Their History

Okay, we’re going to do something really different today from what I usually do, because I think it is an important piece of history that nobody really knows. But it’s not the history of a person or a place or an event….it’s the history of a word.

We’re talking about the history of the singular pronouns they(/them/their).

Now, another thing that I’m going to do that is different today is I’m going to give you a source for all of the information I’m about to impart. I don’t usually do that because this is a hobby, not a college dissertation. I really don’t want it to feel like work, y’know? Yes, that makes all of this amateur, and I’m generally okay with that. But you know who’s not amateur? The Oxford English Dictionary. So, if you think you know the English language better than the Oxford English Dictionary, please feel free to argue. With them. (I am also dipping into the Merriam-Webster dictionary and some literary analyses.)

Anyways, let’s talk history. The first time the singular “they” appears in written language was in 1375 in the story William and the Wolf, the English translation of the French Guillaume de Palerme. Now, I’ll grant you, we know next to nothing about the person who translated it and there’s no dictionaries at this point in history, let alone standardized spelling. Technically, we’re still speaking Middle English and not Modern English for another 95 years. In fact, in 1375 we were still using some words that haven’t been in common usage for centuries, like “thou.”

Right. “Thou” the singular form of “you” because “you” was a plural pronoun. But in the mid-17th century we changed it so that “you” could mean any number of people — one, two, a dozen, any number. We’ve been happily using context clues to figure out the number of people “you” was referring to for like the past 400 years. At which time, for the record, we were very much using modern English.

But I digress and now I’ve skipped ahead — past an awful lot of very respectable examples. Geoffrey Chaucer used it in “The Pardoner’s Prologue” in The Canterbury Tales. Singular “they” is even in the King James Version of the Bible — check Philippians 2:3. And I wouldn’t dream of ignoring the writings of the Bard, William Shakespeare himself. He used singular “they” kind of a lot, actually. He would even use the singular “they” when the gender of the subject is known. For one example, in Hamlet, he wrote:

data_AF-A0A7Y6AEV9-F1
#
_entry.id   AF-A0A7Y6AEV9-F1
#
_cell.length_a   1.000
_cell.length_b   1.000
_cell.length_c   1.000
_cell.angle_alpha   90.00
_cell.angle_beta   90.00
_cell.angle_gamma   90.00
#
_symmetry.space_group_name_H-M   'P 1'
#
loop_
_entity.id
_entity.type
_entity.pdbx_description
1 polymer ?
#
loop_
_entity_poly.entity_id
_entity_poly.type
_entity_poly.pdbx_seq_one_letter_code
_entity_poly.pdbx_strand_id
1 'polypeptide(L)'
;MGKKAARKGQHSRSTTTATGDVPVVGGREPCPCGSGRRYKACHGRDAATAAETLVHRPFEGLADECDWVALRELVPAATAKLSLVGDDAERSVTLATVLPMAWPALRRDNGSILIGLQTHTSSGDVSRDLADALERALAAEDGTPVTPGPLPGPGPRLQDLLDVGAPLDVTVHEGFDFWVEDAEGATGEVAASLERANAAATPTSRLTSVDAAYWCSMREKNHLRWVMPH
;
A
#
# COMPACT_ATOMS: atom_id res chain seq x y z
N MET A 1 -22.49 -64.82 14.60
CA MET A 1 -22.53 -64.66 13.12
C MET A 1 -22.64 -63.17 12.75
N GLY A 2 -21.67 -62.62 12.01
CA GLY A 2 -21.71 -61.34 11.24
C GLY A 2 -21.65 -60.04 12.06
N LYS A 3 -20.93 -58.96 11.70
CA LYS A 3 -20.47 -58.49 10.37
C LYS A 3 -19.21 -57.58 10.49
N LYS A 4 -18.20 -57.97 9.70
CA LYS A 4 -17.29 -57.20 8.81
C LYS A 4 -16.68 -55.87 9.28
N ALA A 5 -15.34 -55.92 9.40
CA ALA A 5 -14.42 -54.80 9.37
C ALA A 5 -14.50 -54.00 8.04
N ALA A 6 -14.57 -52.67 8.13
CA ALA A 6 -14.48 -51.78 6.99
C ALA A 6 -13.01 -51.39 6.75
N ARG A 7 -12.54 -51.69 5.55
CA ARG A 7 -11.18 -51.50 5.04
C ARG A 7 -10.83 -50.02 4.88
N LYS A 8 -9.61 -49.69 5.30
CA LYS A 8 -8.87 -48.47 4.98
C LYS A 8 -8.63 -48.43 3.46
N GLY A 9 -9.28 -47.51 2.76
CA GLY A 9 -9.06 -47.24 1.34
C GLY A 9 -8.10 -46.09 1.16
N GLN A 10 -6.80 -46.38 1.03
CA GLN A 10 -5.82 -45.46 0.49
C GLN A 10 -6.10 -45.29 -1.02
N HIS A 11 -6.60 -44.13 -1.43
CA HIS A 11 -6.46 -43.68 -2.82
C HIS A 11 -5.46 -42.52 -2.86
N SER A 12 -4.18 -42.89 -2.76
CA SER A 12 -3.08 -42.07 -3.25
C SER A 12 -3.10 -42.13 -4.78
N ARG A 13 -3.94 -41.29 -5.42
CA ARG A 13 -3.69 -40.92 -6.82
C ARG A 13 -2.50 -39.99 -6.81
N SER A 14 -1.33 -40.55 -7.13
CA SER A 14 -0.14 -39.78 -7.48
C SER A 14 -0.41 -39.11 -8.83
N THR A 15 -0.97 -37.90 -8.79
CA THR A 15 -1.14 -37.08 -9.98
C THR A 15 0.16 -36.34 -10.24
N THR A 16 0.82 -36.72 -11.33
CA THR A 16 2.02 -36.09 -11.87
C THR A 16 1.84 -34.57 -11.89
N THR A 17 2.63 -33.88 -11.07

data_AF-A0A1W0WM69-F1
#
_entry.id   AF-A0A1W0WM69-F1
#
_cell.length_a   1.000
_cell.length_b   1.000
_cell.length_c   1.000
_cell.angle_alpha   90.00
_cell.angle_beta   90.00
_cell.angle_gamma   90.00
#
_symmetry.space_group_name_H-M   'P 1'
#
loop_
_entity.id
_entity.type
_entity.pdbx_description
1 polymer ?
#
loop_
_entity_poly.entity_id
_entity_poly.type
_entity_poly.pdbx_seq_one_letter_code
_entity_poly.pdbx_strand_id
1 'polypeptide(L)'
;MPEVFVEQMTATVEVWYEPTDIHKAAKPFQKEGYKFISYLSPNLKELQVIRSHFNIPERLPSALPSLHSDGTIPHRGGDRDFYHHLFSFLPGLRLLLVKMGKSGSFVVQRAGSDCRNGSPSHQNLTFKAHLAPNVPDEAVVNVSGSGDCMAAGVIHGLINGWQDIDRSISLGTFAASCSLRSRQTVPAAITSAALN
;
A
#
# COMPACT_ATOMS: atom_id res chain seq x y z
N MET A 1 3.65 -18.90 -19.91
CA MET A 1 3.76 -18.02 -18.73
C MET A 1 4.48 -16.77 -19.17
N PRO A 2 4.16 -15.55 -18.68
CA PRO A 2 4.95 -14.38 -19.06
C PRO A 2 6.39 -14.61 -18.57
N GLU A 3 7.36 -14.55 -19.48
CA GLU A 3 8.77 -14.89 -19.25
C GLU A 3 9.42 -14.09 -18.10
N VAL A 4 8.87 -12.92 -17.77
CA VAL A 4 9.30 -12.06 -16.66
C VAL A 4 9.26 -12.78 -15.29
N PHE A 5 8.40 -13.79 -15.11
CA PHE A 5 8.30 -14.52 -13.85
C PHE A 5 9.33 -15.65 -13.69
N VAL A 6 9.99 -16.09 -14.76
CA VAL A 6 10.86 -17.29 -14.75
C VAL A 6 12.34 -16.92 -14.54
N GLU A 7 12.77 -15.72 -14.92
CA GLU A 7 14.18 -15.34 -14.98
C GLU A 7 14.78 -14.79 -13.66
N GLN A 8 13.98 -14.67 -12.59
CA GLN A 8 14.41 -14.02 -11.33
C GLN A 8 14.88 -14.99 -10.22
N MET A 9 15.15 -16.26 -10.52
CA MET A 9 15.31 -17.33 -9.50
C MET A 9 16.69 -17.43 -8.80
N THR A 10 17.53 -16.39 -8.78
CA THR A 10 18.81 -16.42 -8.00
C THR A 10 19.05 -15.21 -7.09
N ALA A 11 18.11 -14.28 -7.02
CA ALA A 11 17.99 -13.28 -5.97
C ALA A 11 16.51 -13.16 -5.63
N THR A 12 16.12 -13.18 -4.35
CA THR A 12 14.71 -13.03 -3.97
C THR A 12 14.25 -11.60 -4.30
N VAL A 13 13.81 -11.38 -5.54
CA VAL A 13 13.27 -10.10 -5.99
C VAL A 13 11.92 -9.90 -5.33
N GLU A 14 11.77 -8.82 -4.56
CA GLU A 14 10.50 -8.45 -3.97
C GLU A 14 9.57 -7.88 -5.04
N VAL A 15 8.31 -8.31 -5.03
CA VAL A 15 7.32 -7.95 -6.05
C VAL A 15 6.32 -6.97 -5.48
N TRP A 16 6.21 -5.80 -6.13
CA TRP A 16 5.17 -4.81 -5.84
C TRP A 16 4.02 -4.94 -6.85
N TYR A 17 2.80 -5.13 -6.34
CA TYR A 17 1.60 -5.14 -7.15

“‘Tis meet that some more audience than a mother—
Since nature makes them partial—should o’erhear”

William Shakespeare, Hamlet, Act 3 Scene 3

Now I think most of us would agree that Shakespeare had a good handle on the English language but it’s certainly true he made up hundreds of words (like “amazement”), and in his time — even though we were using (early) modern English — we still didn’t really have things like dictionaries or standardized spelling. So, okay, maybe Shakespeare isn’t the best judge on what’s correct.

So we’ll skip ahead to 1755 when A Dictionary of the English Language by Samuel Johnson was published, giving us standardized spelling and moving us firmly into Modern English. (Until the Oxford English Dictionary came about in 1857, Johnson’s dictionary was basically the final word on the English language.) Johnson’s dictionary is actually online and while it does define “they” as plural, interestingly enough it provides in its definition an example of its use as a singular pronoun (from Shakespeare’s Henry VIII, no less!)

“The Spaniard

Must now confess, if they have any goodness

The trial just and noble.”

This is why we needed an OED to step up and clarify things, you know?

But what is really clear is that the singular “they” remained in common use, even among the most noted authors of the English language. Jane Austen uses the singular “they” 109 times across her various works. As did numerous other authors — just for a handful examples, you can find it used in Walter Scott’s Ivanhoe (1819), Lord Byron‘s Werner, or The Inheritance: A Tragedy (1822) Charles Dickens’ Nicholas Nickelby (1839), Emily Brontë’s Wuthering Heights (1847), Lewis Carroll’s Alice’s Adventures in Wonderland (1865), Louisa May Alcott’s Little Women (1868), Mark Twain’s A Tramp Abroad (1880), Jack London’s Martin Eden (1909), Virginia Woolf’s To the Lighthouse (1927), George Orwell’s 1984 (1949), C.S. Lewis’ Voyage of the Dawn Treader (1952), and Ursula K. LeGuin’s The Dispossessed (1974). There’s an even longer list of examples, which includes excerpts, over at UPenn’s Language Log if you’re interested.

So with all of this, why did it become commonplace for us to say that “they” is plural if that’s never been true in practice? Well, to be quite frank, because of sexism. 1795 is the first time that anyone begins arguing that pronouns for people needed to be “sex definite” and of course, that meant if you didn’t know the sex you should be using “he” as that was the superior sex. I’m not kidding or exaggerating here, the entire basis for the argument hinged on grammar rules written by William Lily as he was teaching Latin students in 1567. The rule?

“The Masculine Gender is more worthy than the Feminine, and the Feminine more worthy than the Neuter.”

Aside from that seeming pretty ridiculous even in Latin, this rule is about word classification and not actual people’s genders. But in 1795, some “grammar experts” decided it should apply to English pronouns for people.